When Wollongong researcher Dr Anne McMahon goes out to dinner, she tells people she works as a florist and not a dietitian.
That's because, as soon as she mentions her job, people start to watch what she eats - expressing surprise if she opts for something they deem "unhealthy".
"People have this idea that a dietitian is 'good' and eats well and doesn't do anything 'bad', and then you get this whole definition that 'oh, I must be a good person if I eat well'," she said.
"There is this relationship where people think food makes you a good person or not, and you can feel shame if you don't measure up."
This type of judgement she receives - as an adult well-equipped to push back on negative attitudes - is why she's a strong supporter of new guidelines for school teachers which recommend avoiding talk of diets, "good" and "bad" foods and using the Body Mass Index to assess children's health.
Under the advice from the Australian Curriculum, Assessment and Reporting Authority (ACARA) released this month, activities like calculating calories and BMI, taking body measurements or recording food intake will be avoided in school lessons to reduce unintended harm to students.
The push for the change came from eating disorder groups, who highlighted that the focus on weight and measurements, or shame-inducing attitudes to food could be triggering.
Dr McMahon, a researcher at the University of Wollongong, agreed saying adolescence was fraught enough without giving kids more reasons to feel embarrassed.
"Any time that you are made to feel different in a school environment is not great and adolescence is a tricky time," she said.
"Body mass index is not really easily transferable to lots of different groups - and if young people fall outside those norms, then they start to feel isolated.
"You can fall out that side those norms just by being an athlete, like if you're a very highly muscular athlete, so it's not a concept that is useful in all settings."
"Why would we weigh and compare kids, who are already in that very vulnerable period of development, unsure about themselves and hormone changes. That's an incredibly damaging thing to do."
She said the new advice was about emphasising healthy eating habits without demonising certain foods, and giving kids a broader social picture of health and food.
"We have to have a good relationship with food, and to classify food as good and bad is a very negative approach," she said.
"That doesn't mean we want people to eat rubbish foods - the reality is the foods that are highly processed, high sugar, high salt, high fat generally have a lot of other issues.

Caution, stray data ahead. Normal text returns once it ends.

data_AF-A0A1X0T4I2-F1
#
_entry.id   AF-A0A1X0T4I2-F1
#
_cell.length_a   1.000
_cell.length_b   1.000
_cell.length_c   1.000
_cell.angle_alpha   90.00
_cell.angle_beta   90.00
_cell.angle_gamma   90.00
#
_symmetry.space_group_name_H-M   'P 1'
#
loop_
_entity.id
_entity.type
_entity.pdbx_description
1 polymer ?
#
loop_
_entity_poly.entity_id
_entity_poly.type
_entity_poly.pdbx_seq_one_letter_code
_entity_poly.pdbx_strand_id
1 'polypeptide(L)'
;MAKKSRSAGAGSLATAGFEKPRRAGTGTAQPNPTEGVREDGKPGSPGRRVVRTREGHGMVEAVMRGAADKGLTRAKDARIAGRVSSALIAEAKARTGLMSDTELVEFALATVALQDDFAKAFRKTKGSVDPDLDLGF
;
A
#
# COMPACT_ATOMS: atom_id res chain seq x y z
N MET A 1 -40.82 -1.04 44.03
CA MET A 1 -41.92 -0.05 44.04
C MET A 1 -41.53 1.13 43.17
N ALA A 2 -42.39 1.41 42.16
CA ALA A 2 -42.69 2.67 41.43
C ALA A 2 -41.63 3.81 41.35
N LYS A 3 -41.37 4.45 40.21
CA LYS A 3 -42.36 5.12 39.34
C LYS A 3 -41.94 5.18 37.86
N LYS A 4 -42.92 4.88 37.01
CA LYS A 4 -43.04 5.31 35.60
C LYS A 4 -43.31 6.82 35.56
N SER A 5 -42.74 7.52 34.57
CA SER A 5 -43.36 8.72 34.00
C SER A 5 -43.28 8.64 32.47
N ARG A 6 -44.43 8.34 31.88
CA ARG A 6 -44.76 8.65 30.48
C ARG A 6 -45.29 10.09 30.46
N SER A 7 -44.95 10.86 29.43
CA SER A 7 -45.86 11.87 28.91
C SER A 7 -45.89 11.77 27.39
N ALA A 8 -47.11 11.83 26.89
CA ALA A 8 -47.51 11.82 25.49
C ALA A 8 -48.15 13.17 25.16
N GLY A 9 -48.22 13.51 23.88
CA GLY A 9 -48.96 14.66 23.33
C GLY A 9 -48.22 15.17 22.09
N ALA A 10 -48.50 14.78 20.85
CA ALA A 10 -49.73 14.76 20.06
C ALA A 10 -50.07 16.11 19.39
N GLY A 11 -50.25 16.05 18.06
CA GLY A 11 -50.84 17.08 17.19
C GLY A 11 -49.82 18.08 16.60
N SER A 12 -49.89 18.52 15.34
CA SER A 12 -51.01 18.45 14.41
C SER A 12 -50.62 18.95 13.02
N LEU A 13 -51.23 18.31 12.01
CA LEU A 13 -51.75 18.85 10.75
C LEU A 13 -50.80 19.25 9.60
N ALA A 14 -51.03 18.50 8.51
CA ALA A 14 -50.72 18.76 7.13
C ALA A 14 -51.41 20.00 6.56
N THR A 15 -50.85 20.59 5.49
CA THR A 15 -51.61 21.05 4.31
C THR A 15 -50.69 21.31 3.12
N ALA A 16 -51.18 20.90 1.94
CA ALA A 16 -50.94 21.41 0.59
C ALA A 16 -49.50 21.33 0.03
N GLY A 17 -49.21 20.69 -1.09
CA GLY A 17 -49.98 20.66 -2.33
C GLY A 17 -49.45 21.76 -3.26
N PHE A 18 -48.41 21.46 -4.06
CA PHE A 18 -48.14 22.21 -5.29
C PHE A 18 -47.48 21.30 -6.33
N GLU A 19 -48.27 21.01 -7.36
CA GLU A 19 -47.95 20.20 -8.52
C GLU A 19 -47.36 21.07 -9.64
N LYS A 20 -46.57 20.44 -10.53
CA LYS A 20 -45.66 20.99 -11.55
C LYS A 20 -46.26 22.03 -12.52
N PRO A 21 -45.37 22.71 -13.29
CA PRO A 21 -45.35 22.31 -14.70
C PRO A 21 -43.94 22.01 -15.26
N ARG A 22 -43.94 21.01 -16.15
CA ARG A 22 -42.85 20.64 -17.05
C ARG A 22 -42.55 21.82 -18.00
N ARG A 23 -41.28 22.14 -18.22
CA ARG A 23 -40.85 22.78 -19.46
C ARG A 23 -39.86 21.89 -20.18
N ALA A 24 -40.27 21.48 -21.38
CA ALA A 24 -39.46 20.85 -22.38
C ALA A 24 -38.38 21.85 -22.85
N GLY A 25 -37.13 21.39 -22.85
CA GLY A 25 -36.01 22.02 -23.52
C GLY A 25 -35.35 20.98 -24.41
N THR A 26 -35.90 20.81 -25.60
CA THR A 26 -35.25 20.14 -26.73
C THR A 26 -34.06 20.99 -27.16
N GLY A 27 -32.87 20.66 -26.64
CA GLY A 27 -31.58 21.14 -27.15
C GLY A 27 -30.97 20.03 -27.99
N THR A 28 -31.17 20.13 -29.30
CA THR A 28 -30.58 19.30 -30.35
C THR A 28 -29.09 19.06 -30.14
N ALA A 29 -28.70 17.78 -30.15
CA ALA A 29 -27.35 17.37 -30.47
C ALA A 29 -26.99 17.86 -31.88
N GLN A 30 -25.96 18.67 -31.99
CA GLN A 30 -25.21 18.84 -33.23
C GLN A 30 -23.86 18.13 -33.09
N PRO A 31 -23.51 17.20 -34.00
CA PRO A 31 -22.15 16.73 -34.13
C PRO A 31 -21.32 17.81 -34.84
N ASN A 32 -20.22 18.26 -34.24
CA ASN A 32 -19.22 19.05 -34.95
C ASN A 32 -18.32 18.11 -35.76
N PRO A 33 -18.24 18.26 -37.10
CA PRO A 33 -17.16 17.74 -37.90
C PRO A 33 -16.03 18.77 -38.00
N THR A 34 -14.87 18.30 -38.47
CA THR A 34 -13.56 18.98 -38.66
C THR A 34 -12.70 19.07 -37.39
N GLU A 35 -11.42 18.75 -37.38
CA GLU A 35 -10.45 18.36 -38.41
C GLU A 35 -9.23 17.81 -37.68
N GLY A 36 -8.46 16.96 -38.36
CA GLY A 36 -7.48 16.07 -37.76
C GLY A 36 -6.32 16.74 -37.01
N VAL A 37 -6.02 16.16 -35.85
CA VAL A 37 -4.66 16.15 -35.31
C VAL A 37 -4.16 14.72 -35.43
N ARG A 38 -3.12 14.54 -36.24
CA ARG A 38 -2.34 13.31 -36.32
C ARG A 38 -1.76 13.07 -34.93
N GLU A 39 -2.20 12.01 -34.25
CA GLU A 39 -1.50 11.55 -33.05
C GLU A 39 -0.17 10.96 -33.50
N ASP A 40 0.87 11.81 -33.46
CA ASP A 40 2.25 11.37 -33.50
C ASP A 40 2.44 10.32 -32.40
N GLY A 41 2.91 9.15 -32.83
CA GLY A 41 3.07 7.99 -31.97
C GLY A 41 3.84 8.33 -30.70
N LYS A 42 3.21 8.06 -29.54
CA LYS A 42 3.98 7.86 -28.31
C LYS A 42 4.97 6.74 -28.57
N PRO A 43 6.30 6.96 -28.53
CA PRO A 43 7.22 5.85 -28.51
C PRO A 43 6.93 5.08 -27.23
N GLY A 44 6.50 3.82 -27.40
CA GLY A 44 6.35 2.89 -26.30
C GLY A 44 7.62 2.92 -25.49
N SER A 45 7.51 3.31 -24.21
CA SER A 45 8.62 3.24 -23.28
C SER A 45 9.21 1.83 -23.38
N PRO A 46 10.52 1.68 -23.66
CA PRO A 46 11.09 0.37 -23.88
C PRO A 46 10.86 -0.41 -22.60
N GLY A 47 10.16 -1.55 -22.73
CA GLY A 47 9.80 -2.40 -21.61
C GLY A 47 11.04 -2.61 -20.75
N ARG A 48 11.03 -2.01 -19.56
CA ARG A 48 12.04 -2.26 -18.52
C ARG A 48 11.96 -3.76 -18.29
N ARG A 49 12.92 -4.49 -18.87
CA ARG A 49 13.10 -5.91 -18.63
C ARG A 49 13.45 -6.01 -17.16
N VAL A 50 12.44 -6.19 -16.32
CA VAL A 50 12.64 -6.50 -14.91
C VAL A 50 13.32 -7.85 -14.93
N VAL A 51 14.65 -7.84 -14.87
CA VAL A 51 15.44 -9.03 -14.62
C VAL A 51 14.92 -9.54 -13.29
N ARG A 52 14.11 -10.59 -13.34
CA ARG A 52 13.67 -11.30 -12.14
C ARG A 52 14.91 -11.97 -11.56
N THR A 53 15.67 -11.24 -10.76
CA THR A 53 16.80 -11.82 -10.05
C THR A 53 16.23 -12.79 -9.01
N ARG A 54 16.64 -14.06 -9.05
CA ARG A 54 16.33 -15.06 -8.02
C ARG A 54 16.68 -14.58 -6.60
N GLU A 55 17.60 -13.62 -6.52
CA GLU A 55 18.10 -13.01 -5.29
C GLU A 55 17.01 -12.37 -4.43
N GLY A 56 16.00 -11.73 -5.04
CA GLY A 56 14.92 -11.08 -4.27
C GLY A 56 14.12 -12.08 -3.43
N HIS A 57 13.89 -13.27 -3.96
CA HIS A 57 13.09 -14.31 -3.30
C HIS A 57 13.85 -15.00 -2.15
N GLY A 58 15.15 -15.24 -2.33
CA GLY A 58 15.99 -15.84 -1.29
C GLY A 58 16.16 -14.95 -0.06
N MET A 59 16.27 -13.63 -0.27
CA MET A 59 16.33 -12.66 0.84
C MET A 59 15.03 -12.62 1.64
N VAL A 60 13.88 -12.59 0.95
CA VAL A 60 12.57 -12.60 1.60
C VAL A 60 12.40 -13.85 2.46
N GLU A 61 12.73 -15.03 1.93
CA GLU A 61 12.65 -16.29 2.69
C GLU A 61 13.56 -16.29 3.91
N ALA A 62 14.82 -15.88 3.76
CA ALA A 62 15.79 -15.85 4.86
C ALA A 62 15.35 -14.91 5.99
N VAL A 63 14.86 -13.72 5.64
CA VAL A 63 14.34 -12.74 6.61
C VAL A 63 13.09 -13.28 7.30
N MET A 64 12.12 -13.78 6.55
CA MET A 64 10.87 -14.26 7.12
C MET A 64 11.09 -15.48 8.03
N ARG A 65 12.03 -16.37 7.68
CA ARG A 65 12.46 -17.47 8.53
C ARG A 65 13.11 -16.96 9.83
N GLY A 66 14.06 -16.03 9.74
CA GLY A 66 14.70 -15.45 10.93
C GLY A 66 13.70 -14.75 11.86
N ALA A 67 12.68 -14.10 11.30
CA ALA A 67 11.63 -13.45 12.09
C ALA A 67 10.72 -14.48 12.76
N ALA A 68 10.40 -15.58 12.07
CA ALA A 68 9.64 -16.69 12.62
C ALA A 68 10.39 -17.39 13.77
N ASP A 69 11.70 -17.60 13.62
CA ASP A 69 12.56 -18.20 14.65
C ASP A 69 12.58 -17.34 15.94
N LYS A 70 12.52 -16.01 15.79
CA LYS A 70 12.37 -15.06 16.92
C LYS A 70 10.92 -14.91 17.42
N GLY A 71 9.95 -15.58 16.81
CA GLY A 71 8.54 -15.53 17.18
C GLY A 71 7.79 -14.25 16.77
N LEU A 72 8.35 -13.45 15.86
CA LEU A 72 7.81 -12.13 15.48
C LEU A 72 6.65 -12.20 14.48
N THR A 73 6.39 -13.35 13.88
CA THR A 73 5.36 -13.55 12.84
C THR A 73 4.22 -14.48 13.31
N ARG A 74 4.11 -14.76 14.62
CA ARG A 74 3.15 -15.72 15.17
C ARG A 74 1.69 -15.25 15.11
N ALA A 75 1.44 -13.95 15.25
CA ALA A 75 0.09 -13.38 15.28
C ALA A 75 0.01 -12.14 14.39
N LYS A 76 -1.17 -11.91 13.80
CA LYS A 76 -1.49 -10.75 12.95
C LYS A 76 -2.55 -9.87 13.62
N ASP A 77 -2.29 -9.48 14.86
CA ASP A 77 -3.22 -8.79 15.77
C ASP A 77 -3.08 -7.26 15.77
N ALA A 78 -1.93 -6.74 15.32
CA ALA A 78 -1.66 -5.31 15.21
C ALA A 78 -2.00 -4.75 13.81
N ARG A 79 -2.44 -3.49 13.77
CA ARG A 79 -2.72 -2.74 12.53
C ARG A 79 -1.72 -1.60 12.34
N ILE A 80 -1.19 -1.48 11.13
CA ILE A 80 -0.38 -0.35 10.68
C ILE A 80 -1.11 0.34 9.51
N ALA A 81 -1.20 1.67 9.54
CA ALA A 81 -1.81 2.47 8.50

"They are environmentally damaging, there's packaging, there's food miles apart from anything else in terms of poor nutrient quality.
"So that's where the curriculum is looking at whole food systems and quality of food - and that's a really good move because if we also make different choices at the supermarket in our daily lives, the food system also responds and shifts."
She said her research was focused on issues like food insecurity and encouraging schools to have community gardens to become more connected with where food comes from to help students make better choices.
"If we have more local, stronger food systems and people being aware of where food comes from, we're going to get a better outcome not just for their health, but for the economic health of their community and global health," Dr McMahon said.
She said she believed the shift towards a more holistic view of food would do more to shift Australia's overweight and obesity rates.
"Food is not just a bunch of nutrients - good or bad - it is a social cultural connection with your family, with your friends, with the world," she said.
"We start classifying foods, it gets quite confusing. Where does a beautiful rich lasagne that your Italian grandmother made you go?
"We know that we have an overweight and obesity issue in Australia and it isn't going away - but we need to think how can I relate to food and physical activity in a more positive way rather than saying this food's good and I'm a bad person because I ate this or I didn't do exercise today.
"I don't think that will change the status quo."